Last night, while watching Naniwa Yodogawa Fireworks Festival in Juso, it really hit me what it meant to live in the present moment. I often struggle with relaxing because I am essentially always tense. Besides the challenges of nursing school, I carry the responsibly of taking care of my family, and as a result, I’m almost constantly thinking about what I should do, what I need to do, and what I will do. Even when I’m out exploring what the world has to offer, in the back of my head, I tend to remind myself to stay focused on my goals instead of getting completely consumed by temporary pleasures. As a Buddhist, I do try very hard to see every moment as a gift, but because I am always grateful for every opportunity, I tend to feel guilty if I am not constantly working. I’m aware that self-care is essential to one’s well-being, but relaxing has never been something that has come easily to me because I often find myself living in the future rather than the present.
But seeing the skies light up right before finals week, instead of mentally storing all the tasks I had to do, I found myself embracing the present moment. It hit me that I was in a completely different country, standing on a fence by the riverbed, staring at the night sky with my friends, and watching 10,000 fireworks light up right before my eyes. I’ve never seen fireworks that close, but at that moment, I found myself filling up with joy. The sounds of the people, bugs, and fireworks around me. The scent of nature, food stands, and well…a lot of sweaty people. The sight of thousands of people crowding around together to watch these fireworks shoot up into the sky over the train station. The feeling of sweat dripping down my forehead from the heat, the railing on my feet, the pain of clutching onto the fence gate for an hour – I was very in tune with my senses, aware of my surroundings, and because of that – I was truly able to enjoy living in the present moment. I caught myself thinking “I can think about those things later, but right now, look at that!” The fireworks were so beautiful, and it’s a sight I don’t think I’ll ever forget.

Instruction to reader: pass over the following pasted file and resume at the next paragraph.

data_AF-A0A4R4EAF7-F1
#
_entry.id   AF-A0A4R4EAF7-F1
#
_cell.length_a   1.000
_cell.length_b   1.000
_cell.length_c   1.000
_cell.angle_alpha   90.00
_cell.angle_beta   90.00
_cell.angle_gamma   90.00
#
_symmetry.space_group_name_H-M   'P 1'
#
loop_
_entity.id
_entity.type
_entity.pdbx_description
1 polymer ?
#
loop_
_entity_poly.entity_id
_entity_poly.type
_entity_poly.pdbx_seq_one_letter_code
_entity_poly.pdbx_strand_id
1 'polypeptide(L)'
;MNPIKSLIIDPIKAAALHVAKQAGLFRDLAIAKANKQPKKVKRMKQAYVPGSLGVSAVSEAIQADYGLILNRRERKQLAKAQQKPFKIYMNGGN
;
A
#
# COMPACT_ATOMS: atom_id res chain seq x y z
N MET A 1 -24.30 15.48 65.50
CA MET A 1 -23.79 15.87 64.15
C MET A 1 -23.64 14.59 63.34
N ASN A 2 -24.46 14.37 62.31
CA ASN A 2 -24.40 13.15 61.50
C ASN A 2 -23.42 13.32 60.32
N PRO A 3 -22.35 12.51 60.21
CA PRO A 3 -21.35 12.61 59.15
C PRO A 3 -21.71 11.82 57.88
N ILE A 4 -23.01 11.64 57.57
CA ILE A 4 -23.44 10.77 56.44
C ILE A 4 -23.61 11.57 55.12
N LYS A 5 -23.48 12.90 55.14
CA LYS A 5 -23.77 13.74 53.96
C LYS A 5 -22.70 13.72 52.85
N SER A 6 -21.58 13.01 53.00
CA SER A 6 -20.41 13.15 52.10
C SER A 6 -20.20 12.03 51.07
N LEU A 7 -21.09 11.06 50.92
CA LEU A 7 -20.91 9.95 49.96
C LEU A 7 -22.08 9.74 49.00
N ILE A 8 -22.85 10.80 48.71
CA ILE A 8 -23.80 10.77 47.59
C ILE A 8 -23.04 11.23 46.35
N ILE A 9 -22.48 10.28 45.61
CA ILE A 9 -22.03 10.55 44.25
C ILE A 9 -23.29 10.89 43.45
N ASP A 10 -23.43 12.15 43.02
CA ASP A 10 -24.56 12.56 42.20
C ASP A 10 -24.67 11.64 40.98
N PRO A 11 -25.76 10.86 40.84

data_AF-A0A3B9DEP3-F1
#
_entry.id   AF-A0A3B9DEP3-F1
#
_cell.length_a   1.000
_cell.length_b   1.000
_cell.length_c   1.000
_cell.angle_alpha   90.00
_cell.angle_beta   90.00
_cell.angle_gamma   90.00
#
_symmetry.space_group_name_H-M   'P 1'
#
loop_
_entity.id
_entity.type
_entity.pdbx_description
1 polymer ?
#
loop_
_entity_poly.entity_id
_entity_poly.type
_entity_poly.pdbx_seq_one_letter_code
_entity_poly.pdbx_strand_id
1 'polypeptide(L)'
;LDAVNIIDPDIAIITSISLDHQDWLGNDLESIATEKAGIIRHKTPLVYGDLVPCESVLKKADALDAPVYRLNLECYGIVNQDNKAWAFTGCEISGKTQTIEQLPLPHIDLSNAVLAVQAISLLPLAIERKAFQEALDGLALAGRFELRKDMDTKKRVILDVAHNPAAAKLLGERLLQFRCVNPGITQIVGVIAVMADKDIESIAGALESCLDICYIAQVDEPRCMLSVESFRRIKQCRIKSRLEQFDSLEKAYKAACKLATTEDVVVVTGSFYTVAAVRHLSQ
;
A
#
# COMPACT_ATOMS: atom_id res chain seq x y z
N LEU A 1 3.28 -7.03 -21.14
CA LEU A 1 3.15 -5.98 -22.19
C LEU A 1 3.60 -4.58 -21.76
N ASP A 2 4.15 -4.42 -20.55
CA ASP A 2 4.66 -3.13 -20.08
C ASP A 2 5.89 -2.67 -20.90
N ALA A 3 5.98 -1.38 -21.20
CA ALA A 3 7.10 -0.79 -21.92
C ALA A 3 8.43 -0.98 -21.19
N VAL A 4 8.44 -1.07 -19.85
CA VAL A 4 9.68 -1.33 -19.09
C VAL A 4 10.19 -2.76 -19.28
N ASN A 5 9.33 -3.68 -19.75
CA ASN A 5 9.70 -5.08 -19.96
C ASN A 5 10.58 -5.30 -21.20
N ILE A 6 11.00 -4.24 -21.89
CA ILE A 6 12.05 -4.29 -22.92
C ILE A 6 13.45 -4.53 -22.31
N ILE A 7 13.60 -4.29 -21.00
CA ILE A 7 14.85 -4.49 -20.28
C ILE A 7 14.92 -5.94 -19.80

I met someone a few weeks ago who told me that instead of spending money on materialistic things, she’d rather spend it on memories and experiences. I understood the concept at that time, but the feeling itself I couldn’t fully grasp. Right now, I think I understand though. It’s not just having those experiences, but allowing yourself to really immerse yourself and enjoy those moments. There will always be things to do, but the world won’t explode if you relax for a couple of minutes. It’s different being aware of that, and actually feeling your shoulders relax, your serotonin levels rising, and a smile slowly forming on your face. I’m really glad that I participated in this program, that FEA gave me the opportunity to study in Japan, and that I was able to understand how the present, is a present in itself.